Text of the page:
It's time to leave Afghanistan

A mourner cries over the bodies of Afghan civilians, allegedly shot by a rogue US soldier, seen loaded into the back of ...

A mourner cries over the bodies of Afghan civilians, allegedly shot by a rogue US soldier, seen loaded into the back of a truck in Alkozai village of Panjwayi district, Kandahar province on March 11, 2012.

As an Afghan-Australian, I find myself increasingly being asked about how I feel about the current situation in Afghanistan.

On March 11th, US Soldier Robert Bales in the dead of night went on a shooting rampage killing 16 Afghan civilians including 9 children, some as young as 2 years old. Some of the victims were later dragged into a room and set on fire.

The hypocrisy is painful to watch. All human beings, irrespective of their ethnicity, background or religious creed, are susceptible to engaging in violent acts of extremism.  

The latest incident have heightened tensions after US troops burnt copies of the Holy Quran in February, causing protests to erupt across the country resulting in the death of 30 people, including 2 US soldiers.   It also follows the release of the infamous video in January showing US marines urinating on the bodies of Afghans that they had killed.

I recall that immediately following the news of the latest incident, a statement was issued by NATO's International Security Assistance Forces describing the incident as “deeply regrettable”. What happened was a complete massacre, not just a “deeply regrettable” incident. The US troops were deployed to help protect the Afghan people.  The trust vested in them by the international community and ultimately the Afghan people, albeit unwillingly in some regards, is no light responsibility and to engage in the horrific acts that they have in recent months and then have NATO describe the indiscriminate murder of 16 defenceless Afghan civilians as “regrettable” is incredibly insulting and a slap in the face of all Afghans. 


I note that the terminology used by US President Barack Obama following the incidents was slightly more serious but arguably this was in response to Afghan President Hamid Karzai’s rare expression of strong opposition and anger.

Ironically, the media has put forward a number of potential motives to try and explain Bales’ actions. We have been told that there may have been alcohol involved, he had experienced trauma watching his colleague’s legs being blown off and he was experiencing marital and financial issues. To the complete contrary, an Afghan, according to the Western media, kills foreigners because they are inherently archaic people or hateful, backward terrorists. The hypocrisy is painful to watch. All human beings, irrespective of their ethnicity, background or religious creed, are susceptible to engaging in violent acts of extremism. Period.

I cannot help but feel that if the tables were turned, and the 16 civilians were in fact Americans who happened to be killed in Afghanistan – thanks to the work of investigative journalists we would have known all of their names, their ages, a brief biography and potentially photographs of each of the victims. Media agencies would be jumping at opportunities to get ‘exclusive’ interviews and photo opportunities with the families and friends of the victims. Unfortunately these victims however will forever remain 16 nameless Afghan civilians. Paradoxically, the alleged perpetrator of this crime has been humanised more than the very victims of this massacre. Bales has been described as a “model soldier, who was calm under pressure and gentle with children."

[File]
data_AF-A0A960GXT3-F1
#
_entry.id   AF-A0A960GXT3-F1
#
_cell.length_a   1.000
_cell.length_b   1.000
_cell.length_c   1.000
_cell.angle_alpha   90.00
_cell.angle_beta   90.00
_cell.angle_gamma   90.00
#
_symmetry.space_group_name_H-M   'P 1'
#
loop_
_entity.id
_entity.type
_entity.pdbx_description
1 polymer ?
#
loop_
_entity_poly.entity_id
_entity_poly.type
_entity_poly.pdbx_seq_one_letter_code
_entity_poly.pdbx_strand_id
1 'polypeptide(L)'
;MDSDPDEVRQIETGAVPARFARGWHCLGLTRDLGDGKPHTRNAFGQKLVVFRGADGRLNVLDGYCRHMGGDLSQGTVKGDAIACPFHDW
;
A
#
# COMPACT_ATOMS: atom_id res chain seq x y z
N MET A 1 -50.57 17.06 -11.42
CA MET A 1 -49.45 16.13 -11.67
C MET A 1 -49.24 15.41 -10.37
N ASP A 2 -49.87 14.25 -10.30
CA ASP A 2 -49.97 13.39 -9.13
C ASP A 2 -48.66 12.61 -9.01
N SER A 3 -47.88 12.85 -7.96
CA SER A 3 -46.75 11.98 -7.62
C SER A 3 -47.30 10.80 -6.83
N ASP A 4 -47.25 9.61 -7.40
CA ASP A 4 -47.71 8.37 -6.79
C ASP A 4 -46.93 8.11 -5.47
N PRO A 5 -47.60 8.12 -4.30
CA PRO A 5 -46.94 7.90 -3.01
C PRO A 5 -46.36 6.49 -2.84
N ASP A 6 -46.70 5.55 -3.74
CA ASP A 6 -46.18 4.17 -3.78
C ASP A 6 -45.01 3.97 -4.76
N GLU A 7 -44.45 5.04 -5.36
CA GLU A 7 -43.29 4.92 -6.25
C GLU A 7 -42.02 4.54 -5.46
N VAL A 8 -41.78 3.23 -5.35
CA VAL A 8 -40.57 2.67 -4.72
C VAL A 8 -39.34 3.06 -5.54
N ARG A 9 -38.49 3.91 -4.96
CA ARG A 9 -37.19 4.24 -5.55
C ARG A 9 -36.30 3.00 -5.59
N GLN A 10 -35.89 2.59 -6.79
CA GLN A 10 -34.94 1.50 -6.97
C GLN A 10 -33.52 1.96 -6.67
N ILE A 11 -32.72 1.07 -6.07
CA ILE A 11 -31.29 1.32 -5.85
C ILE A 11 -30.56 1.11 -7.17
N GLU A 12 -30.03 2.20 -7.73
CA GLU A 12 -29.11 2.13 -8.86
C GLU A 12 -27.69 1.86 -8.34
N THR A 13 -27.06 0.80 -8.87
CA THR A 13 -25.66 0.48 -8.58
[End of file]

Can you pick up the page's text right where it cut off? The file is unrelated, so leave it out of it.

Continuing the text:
We can no longer sit back and watch our government pump millions of our tax payer dollars into a decade old war instigated by the US in the ultimate hope of trying to bring stability to the country and to impose a brand of Western-style democracy which the Afghans clearly don’t want.

Clearly there are some examples of where the foreign troops have added value and helped rebuild Afghanistan and for this I am grateful. But on the whole the US led invasion and subsequent decade old war have been a resounding embarrassment and a costly failure. Although we purport to be genuinely concerned about the Afghan people whose country we have invaded, our treatment of Afghan asylum seekers who arrive on our shores seems to suggest otherwise. Clearly we are so concerned for their welfare that we feel the urge to imprison them and their children.

Afghans are well and truly fed up with foreign intervention and as is evident the presence of foreign troops is becoming more counterproductive. The US and its allies invaded Afghanistan over 10 years ago and they haven’t been able to return real stability to the nation. 

Arguably, without foreign troops, there is potential for the Taliban to return and wreak havoc. Foreign troops cannot seriously think that they have a mandate to stay in Afghanistan indefinitely though.